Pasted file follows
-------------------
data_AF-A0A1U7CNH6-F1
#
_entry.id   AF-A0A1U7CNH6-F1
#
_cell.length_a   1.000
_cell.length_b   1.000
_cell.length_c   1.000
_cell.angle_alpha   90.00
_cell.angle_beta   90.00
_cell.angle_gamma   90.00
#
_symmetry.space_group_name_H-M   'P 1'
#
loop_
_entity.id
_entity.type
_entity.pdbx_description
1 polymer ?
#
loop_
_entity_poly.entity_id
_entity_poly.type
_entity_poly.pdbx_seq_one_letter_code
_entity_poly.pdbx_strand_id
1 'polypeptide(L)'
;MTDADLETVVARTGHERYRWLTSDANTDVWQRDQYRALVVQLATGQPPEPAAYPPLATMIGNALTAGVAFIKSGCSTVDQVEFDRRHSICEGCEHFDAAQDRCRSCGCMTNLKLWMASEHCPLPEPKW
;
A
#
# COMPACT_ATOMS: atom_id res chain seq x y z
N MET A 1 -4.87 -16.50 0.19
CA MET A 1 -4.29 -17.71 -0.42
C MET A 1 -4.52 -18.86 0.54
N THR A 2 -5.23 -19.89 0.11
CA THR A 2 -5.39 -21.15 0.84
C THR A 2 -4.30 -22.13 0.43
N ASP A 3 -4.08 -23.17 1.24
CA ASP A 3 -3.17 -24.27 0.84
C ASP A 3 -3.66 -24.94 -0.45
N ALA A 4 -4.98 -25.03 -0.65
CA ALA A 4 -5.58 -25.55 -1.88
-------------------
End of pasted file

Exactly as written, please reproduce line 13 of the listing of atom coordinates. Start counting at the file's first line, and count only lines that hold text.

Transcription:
#